Wellington After Hours
In the last few years before six o’clock closing came to an end, at about 5.00pm on Friday afternoons Wellington’s jazz fraternity would dash to the seedier side of town. They were heading to the Forrester’s Arms, on Ghuznee Street. This was perhaps the capital’s most notorious pub, one that made the bohemians that hung out at the Duke of Edinburgh look effete (among them, Ruru Karaitiana, 60s stoners, wannabe writers and aspiring film-makers such as Hugh McDonald and Geoff Murphy). The Forrester’s had a whole different vibe; when my brother mentioned the place around the age when boys start going to pubs, my father said sternly, “Well that’s the place to go if you’re intent on a criminal career.”
The jazzers were heading to the Forrester’s to get an hour’s drinking in before the publican called “Time, please.” They mingled in the house bar, while the criminal fencing went on in the public bar. The musicians talked shop, as musicians do, and found out where the gigs were happening over the weekend. Ray Harris, former Listener jazz critic, said the front bar was for “the other people” –
“ … the back bar was really for the jazz musicians – from five to six in the back bar was really a fun time. It was a bit of a hike to get there by five o’clock. But if you weren’t there by five o’clock you might not get in. It was a fun time. For instance, when Eddie Condon came to New Zealand with his bunch of strolling players, that was a fantastic time because they were such good guys to be with.
“We had a number of the members of the band up at the Forrester’s Arms, and I remember dear old Jimmy Rushing being there. Fancy walking into the back bar of the Forrester’s Arms and there’s Jimmy Rushing.”
Jimmy Rushing, the gigantic blues shouter and swing singer who performed with Count Basie for 13 years; Eddie Condon, legendary white Dixieland revivalist, guitarist and drinker. Also on that tour were Bud Freeman, PeeWee Russell and Buck Clayton. All packed into a bar next to the Te Aro Post Office, in what was once Wellington’s brothel district (and probably still is).
Among those present that night in March 1964 was Wellington jazz stalwart, Ken Avery (pictured above). For ages now I’ve been meaning to blog about Avery’s memoir, the best available by a New Zealand musician. It’s full of such wonderful stories and insights, that I’ve been procrastinating about it, not knowing where to start. Avery is now best known for writing ‘Tea at Te Kuiti’ and other novelty songs that evoke New Zealand’s suburban 1950s as effectively as a Neville Lodge cartoon. He wrote a swag of tunes, including ‘Paekakariki’ and ‘The Gumboot Tango’, but he was also a dedicated member of Wellington’s jazz fraternity, playing saxophone and clarinet in dance and jazz bands, organising countless gigs and playing countless balls. He also performed on New Zealand’s first rock’n’roll record, the unfairly maligned version of ‘Rock Around the Clock’ recorded by Johnny Cooper.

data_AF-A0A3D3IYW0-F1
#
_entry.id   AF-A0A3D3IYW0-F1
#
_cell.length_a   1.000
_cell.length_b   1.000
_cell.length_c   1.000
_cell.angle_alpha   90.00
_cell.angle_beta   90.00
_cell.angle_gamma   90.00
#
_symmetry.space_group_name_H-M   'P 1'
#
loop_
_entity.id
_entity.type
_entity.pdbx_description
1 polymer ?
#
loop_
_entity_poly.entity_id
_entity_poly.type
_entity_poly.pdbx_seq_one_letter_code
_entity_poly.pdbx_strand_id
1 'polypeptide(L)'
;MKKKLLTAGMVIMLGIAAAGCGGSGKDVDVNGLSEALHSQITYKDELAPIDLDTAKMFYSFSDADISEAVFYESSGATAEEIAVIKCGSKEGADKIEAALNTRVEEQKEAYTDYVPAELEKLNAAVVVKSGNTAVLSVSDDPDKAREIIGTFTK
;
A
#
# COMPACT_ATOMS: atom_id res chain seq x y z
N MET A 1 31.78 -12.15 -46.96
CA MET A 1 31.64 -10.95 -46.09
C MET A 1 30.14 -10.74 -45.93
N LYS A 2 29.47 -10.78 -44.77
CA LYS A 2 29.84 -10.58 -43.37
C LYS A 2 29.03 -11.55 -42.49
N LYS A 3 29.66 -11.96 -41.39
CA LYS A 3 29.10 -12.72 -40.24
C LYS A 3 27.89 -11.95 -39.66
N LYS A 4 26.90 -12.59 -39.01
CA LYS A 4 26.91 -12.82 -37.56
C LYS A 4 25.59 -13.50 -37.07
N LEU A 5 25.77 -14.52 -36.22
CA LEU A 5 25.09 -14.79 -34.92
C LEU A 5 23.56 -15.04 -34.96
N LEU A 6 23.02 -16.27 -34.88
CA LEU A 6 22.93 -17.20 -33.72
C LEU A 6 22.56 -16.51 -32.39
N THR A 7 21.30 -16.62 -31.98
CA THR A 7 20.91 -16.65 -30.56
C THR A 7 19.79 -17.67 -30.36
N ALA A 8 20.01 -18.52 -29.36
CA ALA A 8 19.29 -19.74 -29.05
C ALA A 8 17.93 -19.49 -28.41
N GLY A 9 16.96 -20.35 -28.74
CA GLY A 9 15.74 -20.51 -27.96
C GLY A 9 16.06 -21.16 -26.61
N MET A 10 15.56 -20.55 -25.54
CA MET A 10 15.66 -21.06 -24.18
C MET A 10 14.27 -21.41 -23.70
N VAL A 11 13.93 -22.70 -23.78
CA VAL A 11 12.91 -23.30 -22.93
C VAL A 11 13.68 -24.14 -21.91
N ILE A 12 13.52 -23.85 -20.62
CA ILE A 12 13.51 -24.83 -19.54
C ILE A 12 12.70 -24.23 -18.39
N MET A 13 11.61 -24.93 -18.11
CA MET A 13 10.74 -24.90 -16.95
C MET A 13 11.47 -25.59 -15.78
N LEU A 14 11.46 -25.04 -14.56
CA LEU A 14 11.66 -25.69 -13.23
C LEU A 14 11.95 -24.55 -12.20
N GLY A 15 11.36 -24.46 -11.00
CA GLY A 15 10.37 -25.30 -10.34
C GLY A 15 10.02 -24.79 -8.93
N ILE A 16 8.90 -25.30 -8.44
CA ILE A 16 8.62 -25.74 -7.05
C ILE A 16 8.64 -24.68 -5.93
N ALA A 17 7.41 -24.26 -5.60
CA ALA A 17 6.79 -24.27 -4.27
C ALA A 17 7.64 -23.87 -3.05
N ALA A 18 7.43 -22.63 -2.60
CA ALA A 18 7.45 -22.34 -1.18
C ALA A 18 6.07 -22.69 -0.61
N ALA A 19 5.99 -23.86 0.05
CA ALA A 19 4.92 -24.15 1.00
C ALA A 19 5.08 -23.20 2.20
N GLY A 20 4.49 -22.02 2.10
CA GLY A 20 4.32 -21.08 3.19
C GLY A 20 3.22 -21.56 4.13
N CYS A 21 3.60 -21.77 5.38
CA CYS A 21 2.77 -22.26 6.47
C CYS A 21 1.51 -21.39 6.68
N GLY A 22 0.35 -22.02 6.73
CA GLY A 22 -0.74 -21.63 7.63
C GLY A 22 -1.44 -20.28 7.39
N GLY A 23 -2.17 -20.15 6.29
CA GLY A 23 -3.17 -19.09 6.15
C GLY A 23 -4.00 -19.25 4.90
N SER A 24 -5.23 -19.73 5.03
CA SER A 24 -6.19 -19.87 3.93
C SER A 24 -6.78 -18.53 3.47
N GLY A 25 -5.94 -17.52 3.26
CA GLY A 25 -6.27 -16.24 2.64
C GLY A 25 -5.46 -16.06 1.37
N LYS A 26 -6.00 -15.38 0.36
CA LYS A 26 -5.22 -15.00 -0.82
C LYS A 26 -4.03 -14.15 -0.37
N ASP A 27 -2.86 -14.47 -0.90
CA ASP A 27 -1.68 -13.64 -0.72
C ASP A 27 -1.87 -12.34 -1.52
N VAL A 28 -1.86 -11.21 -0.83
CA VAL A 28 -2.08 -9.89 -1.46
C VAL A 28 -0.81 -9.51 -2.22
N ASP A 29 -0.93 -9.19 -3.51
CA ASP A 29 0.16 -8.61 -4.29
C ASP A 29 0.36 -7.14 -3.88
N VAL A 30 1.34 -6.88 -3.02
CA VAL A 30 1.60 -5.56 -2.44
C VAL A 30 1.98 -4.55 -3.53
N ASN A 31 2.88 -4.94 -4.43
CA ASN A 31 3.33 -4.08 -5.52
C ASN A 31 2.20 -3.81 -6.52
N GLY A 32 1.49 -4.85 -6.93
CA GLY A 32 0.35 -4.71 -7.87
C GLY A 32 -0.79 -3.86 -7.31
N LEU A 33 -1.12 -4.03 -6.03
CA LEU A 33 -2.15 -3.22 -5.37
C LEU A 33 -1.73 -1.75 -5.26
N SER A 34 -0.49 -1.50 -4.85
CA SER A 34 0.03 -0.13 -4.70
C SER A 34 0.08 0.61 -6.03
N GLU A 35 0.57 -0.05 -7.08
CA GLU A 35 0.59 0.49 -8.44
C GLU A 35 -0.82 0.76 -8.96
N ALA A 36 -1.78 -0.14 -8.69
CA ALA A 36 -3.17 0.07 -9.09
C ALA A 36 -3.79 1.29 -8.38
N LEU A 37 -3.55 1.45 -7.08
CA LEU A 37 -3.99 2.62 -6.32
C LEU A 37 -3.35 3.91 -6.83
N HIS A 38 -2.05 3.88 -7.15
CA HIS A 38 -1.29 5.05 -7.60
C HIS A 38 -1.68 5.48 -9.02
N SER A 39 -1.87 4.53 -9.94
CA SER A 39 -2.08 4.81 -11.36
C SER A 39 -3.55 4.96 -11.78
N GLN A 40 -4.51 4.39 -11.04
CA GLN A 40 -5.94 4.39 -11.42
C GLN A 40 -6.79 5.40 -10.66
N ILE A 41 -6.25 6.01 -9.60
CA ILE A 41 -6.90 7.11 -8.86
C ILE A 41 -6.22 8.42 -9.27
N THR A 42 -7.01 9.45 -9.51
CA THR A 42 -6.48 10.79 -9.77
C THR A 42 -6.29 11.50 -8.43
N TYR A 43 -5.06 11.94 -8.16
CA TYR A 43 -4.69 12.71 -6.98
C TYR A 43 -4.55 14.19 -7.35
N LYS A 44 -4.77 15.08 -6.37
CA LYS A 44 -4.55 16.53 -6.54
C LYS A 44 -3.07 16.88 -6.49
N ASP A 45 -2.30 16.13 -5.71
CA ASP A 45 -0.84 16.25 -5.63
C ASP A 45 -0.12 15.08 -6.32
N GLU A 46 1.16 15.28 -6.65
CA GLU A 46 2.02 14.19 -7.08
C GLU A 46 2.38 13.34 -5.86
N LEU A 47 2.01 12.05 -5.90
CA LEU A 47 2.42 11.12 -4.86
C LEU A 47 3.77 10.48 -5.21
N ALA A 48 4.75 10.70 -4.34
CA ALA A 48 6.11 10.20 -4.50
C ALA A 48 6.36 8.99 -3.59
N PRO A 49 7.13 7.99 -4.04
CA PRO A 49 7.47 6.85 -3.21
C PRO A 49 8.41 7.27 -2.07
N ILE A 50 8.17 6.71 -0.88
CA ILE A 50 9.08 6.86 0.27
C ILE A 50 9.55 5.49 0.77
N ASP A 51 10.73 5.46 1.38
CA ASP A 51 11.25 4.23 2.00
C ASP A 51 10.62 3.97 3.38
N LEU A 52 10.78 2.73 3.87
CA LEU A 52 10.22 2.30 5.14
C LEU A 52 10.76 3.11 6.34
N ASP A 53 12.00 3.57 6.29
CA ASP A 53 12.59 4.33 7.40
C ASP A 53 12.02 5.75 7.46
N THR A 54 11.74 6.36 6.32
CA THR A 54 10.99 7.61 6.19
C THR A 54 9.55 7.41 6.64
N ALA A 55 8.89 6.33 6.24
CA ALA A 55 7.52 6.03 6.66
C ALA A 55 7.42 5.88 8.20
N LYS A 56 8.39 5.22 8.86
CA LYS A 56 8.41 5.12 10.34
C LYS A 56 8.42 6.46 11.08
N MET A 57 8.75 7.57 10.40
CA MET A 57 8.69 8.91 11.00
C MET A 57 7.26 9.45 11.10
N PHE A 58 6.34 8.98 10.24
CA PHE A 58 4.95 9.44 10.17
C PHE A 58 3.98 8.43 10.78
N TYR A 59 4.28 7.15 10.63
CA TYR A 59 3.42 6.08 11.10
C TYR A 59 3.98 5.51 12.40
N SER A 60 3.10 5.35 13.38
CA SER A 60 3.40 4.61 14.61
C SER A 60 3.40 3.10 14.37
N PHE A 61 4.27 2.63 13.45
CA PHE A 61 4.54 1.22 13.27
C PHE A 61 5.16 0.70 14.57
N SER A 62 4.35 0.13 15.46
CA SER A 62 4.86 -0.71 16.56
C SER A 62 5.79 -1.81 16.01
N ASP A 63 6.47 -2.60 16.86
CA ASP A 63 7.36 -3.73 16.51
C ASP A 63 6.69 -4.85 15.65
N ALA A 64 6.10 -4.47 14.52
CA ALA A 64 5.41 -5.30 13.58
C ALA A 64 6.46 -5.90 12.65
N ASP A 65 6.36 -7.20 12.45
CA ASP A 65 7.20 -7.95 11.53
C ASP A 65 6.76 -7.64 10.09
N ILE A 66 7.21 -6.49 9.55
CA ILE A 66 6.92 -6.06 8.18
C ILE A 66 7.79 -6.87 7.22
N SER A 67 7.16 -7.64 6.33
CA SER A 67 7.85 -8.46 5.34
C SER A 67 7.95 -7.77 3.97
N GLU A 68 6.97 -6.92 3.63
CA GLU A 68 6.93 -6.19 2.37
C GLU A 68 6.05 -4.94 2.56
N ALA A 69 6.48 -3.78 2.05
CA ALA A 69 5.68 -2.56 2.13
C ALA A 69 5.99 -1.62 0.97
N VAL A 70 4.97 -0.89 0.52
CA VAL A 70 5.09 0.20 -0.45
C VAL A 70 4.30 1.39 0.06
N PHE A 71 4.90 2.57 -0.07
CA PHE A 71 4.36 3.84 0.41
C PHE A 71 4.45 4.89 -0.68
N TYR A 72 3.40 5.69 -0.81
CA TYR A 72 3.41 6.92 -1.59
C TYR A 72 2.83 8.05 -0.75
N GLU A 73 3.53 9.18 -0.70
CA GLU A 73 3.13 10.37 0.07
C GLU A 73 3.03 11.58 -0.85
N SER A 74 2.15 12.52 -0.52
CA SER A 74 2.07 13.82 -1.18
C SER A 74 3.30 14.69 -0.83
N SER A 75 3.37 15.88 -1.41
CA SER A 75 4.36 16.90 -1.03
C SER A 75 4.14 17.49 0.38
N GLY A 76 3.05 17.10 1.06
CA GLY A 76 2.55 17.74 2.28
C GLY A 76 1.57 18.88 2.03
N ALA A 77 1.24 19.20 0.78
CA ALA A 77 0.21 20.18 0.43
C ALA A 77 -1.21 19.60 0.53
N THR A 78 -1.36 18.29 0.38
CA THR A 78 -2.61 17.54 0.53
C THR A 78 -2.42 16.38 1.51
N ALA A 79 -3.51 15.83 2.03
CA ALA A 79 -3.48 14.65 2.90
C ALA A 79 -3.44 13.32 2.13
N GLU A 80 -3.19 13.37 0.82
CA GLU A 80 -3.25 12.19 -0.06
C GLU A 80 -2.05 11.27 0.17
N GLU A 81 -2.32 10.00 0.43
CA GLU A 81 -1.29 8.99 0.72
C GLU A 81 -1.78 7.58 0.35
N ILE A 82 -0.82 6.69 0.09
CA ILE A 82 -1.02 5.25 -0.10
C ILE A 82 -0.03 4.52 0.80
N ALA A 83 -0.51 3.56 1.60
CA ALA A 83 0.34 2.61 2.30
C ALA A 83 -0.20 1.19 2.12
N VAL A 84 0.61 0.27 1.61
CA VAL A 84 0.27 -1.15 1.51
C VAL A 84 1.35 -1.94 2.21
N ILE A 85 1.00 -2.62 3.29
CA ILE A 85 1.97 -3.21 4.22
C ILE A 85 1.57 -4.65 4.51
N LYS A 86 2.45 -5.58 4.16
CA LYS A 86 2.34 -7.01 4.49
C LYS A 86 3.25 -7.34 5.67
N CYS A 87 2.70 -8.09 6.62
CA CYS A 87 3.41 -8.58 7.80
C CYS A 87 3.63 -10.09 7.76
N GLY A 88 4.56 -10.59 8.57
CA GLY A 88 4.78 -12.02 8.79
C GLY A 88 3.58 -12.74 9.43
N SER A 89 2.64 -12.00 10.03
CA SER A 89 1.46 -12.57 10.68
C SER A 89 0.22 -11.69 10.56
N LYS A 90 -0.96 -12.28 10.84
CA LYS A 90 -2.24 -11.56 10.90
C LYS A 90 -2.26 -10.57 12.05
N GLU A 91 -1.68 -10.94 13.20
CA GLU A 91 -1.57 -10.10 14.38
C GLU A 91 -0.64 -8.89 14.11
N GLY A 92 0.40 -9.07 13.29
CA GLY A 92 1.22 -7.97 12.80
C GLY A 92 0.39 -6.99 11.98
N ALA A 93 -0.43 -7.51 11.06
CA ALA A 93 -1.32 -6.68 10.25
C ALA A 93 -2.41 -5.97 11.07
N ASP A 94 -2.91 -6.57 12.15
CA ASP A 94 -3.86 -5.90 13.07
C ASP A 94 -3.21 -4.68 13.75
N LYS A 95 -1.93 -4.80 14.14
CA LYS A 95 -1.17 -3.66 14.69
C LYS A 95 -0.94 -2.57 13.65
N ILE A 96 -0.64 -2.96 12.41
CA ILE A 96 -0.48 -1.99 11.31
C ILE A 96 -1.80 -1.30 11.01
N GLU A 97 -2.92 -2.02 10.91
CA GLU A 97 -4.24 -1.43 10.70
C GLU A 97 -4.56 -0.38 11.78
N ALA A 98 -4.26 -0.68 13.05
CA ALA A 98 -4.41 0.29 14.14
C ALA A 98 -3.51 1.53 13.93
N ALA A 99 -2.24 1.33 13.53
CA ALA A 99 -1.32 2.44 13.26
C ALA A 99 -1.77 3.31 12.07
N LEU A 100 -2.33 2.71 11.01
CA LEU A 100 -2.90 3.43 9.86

Avery’s book Where Are the Camels? – A New Zealand Dance Band Diary is a local equivalent of George Melly’s classic muso-memoir, Owning Up. He wrote it in the early 1980s, just before his untimely death in 1983. For years photo-copies of Avery’s manuscript have been passed around local musicians, like a zamizdat novel in an oppressed society. About 18 months ago his daughter Clare turned the manuscript into a handsome book, that is full of terrific anecdotes, photos and memorabilia. (Clare is pictured at right with her father. There is also a great image of the 19-stone Rushing squeezing himself into two seats on a NAC plane between Auckland and Wellington.)
In it are stories of gigs that went wrong, bad pianos, dodgy club owners, unreliable musicians – and magic nights when the music flowed like mercury. Avery describes his encounters with visiting musicians such as Dave Brubeck, Buddy De Franco, Ralph Pena and Pete Jolly, as well as locals including Bill Hoffmeister, Terry Crayford, Jack Claridge and the notorious Bill Crowe. When the Beatles came to Wellington, Avery secured the loan of an acoustic guitar for Paul McCartney, but his NZBC manager stonewalled his chance of delivering it in person.
All this and more – including his thoughts on bad pianos, dodgy reeds and the effect of the Beatles on songwriting – is featured in Where Are the Camels? Copies of this 146 page book can be purchased online at the website Clare has set up. Most generously, the website features a free, downloadable PDF of The Ken Avery Songbook, which includes full transcripts of many songs, observations about their writing, and fascinating memorabilia. On the cover is a picture of Avery with one of his heroes, Spike Milligan.